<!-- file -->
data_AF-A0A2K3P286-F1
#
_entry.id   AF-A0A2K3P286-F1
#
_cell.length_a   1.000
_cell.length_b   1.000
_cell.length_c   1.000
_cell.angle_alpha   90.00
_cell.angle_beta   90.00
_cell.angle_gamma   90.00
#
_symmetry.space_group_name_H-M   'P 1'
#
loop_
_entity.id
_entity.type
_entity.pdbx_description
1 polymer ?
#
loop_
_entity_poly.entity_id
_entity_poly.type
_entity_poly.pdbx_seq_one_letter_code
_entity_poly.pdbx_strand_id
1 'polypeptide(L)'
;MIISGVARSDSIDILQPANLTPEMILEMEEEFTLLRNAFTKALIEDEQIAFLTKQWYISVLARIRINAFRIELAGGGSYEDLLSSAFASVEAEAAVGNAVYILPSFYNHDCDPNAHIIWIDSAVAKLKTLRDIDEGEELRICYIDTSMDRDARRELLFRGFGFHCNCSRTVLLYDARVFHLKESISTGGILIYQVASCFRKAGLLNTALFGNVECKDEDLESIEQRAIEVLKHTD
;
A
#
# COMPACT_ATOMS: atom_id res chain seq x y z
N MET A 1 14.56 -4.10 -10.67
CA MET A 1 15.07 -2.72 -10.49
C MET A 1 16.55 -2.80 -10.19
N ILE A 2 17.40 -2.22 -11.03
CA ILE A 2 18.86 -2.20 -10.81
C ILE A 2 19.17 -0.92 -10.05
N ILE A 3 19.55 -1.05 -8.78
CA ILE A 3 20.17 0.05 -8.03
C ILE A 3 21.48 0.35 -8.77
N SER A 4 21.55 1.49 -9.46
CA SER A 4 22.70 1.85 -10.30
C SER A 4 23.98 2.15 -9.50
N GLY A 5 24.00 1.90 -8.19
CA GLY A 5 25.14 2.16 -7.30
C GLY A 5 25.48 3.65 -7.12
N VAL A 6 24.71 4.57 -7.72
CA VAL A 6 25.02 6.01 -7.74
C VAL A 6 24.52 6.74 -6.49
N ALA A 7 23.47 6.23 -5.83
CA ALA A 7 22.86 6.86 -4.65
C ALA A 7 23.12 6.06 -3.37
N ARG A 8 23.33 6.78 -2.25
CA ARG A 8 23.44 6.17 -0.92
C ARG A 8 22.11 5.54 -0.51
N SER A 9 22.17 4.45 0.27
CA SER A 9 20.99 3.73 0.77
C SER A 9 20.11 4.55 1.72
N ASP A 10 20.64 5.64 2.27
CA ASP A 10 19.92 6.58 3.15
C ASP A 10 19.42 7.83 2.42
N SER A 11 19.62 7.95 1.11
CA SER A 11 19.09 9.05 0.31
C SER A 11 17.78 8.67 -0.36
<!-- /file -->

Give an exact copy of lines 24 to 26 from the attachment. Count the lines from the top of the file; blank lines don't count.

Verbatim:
_entity_poly.pdbx_strand_id
1 'polypeptide(L)'
;MIISGVARSDSIDILQPANLTPEMILEMEEEFTLLRNAFTKALIEDEQIAFLTKQWYISVLARIRINAFRIELAGGGSYEDLLSSAFASVEAEAAVGNAVYILPSFYNHDCDPNAHIIWIDSAVAKLKTLRDIDEGEELRICYIDTSMDRDARRELLFRGFGFHCNCSRTVLLYDARVFHLKESISTGGILIYQVASCFRKAGLLNTALFGNVECKDEDLESIEQRAIEVLKHTD